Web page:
Q. How does one ensure quality of hires? Today, we see people everywhere but employability remains elusive, why?

Improvement in overall input quality needs fundamental changes in education and skilling. The challenge with India is that quality drops off asymptotically – in other words, the top 2% will be very good and the rest will be far below satisfactory. So, as recruiters it is key to understand talent pools, what to look for in candidates that can guarantee a higher percentage of success and then make a compelling proposition that chosen candidates will not reject.

Employability remains unsatisfactory for several reasons. Education needs to shift away from rote memorization and instead develop analysis, reasoning and communication in students. Vocational skills will need to be emphasized and respected more. Industry will need to actively participate in the development of the people pipeline and not just lament about poor quality.  

Q. How different are millennials in the social and education sector as compared to the corporate sector? Does one need a different approach to work with them? 

  • Millennials are largely driven to the cause of the organization rather than the organization itself. Millennials are most likely to give their time if they know their efforts  will make a tangible difference. They prefer to get “hands on” with causes they care about.
  • When working with the millennials social sector organizations have to ensure that they walk the talk because millennials will constantly challenge an organization’s belief system. Much of it remains same across sectors, millennials across sectors will seek freedom, trust, flexibility and value.
  • The social sector has also  evolved and has responded to these changes. Large structured organizations like Azim Premji Foundation offer a breadth of roles, challenging experiences and at the same time job security.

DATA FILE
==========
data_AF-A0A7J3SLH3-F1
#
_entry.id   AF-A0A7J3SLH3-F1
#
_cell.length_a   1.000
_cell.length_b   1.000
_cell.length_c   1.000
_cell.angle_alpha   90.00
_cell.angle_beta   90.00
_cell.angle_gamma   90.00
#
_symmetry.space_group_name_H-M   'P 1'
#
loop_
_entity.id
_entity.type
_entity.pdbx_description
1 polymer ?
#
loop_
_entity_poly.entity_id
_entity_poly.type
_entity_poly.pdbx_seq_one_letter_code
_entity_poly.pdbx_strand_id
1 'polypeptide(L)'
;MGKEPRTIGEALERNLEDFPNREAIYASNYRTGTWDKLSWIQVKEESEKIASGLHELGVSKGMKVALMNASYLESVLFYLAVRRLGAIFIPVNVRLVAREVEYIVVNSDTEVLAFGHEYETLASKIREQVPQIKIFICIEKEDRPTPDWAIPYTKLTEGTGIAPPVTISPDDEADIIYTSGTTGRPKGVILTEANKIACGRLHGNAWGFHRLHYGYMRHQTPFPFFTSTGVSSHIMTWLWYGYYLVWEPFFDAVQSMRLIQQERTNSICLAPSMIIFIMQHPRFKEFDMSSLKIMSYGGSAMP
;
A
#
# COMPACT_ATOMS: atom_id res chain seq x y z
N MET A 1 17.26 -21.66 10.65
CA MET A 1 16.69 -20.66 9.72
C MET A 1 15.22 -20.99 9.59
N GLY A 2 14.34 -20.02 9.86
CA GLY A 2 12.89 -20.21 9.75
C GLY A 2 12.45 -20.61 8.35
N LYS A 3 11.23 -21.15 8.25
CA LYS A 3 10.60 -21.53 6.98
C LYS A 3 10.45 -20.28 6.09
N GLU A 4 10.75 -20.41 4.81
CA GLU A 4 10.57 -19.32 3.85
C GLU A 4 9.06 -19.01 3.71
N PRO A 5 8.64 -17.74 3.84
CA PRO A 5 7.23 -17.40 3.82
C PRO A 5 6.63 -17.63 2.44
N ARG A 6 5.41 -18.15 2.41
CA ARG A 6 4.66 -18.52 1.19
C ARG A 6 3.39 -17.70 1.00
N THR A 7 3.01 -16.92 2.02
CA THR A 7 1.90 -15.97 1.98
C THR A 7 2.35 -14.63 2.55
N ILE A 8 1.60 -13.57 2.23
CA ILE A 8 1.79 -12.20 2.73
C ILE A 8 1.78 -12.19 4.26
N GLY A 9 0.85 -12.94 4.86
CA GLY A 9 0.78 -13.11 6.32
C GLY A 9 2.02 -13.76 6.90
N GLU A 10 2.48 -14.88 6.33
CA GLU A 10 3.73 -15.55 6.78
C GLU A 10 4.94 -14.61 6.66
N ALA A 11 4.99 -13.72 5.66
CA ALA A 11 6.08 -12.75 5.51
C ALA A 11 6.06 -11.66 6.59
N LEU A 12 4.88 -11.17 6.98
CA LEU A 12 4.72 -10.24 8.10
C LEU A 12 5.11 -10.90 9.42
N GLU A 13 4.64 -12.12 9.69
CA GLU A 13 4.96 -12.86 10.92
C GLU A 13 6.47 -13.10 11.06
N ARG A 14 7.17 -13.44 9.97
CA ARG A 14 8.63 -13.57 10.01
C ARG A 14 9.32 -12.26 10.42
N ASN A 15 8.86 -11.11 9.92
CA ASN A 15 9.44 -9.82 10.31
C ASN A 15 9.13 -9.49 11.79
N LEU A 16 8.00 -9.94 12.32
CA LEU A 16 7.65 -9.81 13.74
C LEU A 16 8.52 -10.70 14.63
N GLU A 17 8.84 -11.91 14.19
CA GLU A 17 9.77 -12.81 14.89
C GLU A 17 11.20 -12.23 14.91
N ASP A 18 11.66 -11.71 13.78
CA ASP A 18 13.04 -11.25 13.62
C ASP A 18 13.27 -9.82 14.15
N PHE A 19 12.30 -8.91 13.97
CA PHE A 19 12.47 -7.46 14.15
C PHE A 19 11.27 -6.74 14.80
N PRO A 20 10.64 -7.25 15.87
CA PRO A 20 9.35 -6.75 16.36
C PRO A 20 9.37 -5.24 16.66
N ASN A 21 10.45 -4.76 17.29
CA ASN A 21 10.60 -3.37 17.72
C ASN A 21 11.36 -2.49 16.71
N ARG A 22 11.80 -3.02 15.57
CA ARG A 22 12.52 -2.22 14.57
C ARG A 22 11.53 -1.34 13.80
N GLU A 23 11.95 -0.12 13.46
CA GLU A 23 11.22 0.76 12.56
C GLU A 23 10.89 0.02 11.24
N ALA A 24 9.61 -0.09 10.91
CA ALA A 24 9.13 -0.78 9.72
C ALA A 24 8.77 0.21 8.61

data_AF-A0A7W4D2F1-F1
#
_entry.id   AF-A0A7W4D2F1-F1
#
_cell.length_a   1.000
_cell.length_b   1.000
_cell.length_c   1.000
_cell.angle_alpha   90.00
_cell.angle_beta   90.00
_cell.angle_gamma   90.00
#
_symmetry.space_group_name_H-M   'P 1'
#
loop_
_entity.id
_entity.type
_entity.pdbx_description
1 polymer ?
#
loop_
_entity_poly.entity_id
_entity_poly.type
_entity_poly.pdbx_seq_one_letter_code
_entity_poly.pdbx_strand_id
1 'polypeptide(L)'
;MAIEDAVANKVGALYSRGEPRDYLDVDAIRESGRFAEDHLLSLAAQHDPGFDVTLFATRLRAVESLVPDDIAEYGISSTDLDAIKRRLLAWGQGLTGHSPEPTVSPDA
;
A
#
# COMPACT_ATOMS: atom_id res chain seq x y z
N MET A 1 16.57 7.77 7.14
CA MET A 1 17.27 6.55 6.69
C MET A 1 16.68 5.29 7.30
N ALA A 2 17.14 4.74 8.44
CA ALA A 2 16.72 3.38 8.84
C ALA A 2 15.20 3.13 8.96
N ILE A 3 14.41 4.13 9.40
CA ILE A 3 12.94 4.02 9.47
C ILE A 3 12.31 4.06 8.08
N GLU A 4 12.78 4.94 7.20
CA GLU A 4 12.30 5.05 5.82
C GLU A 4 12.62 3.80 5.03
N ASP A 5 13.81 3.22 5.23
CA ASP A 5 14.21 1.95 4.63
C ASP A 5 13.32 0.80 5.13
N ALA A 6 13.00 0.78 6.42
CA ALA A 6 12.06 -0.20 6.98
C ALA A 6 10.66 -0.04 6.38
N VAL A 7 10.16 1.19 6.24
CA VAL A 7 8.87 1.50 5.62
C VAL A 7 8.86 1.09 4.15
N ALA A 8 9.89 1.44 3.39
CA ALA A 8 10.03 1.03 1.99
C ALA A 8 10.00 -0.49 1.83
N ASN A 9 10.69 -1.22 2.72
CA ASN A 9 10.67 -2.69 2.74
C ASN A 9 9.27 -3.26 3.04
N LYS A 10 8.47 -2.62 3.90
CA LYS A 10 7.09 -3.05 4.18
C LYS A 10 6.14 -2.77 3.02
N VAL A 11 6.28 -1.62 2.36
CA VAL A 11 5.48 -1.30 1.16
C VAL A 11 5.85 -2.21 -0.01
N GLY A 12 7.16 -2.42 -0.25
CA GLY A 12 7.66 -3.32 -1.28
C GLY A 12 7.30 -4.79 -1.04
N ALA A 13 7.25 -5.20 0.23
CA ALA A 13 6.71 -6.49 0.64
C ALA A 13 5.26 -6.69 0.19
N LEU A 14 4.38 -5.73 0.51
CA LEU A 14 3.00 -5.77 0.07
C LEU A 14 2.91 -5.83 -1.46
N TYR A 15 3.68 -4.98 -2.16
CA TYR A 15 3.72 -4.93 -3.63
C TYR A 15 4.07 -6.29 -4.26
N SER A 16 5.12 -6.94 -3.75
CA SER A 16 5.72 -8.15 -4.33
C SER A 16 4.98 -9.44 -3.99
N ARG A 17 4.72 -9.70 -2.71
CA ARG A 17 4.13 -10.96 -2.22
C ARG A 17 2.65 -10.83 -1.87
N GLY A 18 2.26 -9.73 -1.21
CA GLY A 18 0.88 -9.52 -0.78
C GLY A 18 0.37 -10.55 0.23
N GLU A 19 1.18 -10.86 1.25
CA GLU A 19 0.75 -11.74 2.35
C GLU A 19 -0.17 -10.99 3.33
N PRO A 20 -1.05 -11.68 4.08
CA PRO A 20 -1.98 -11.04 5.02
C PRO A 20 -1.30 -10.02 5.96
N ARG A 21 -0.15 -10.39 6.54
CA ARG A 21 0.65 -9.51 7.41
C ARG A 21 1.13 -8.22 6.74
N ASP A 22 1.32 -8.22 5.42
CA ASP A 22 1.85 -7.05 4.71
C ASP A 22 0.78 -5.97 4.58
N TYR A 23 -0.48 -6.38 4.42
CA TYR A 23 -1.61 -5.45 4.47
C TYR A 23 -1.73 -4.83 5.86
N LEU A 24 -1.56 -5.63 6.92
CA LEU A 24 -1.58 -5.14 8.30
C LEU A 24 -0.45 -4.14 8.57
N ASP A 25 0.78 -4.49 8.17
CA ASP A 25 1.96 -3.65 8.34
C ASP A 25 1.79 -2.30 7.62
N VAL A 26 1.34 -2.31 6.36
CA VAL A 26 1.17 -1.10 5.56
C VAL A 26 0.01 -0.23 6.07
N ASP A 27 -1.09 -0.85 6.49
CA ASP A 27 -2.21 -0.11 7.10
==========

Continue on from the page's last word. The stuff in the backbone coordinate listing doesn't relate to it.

Q. You have been a past President of NHRD Bangalore chapter. You have also been into writing? How do you prioritize life beyond work?

I have a pie chart of life that has five segments – work, family, fitness, finances and a few interests ( e.g., listening to and learning from experts, keeping in touch with my professional network, writing for the press). I try to ensure that I have adequate time for these. I keep other distractions to the minimum. I understand that this approach will mean that I am not going the whole hog on any one dimension, but I think this balance has helped me in the long run.

Q. How should new gen HR professionals keep themselves updated and relevant?

  • Forget the industry as it was five years ago. Technology will change, business models will change, connectivity will evolve – always look at the future possibilities –anticipate and ride on change
  • Moral compass – While the basics remain the same, tune your perceptions and beliefs to the emerging world. Be the conscience keeper in a turbulent world
  • Prioritize and work on the vital few

About Sudheesh Venkatesh

Sudheesh Venkatesh is the Chief People Officer of Azim Premji Foundation and is on the Board of Management of Azim Premji University. The Foundation works to improve the quality of elementary education of underprivileged children in India.

Sudheesh is the Regional President – South of National HRD Network. He co-edited the Jan 2018 National HRD Network journal on ‘Education, Employability & Employment – the triple challenge for India’.

Sudheesh holds a degree in Electronics & Communication Engineering and a Postgraduate degree in Management from the Indian Institute of Management, Kolkata.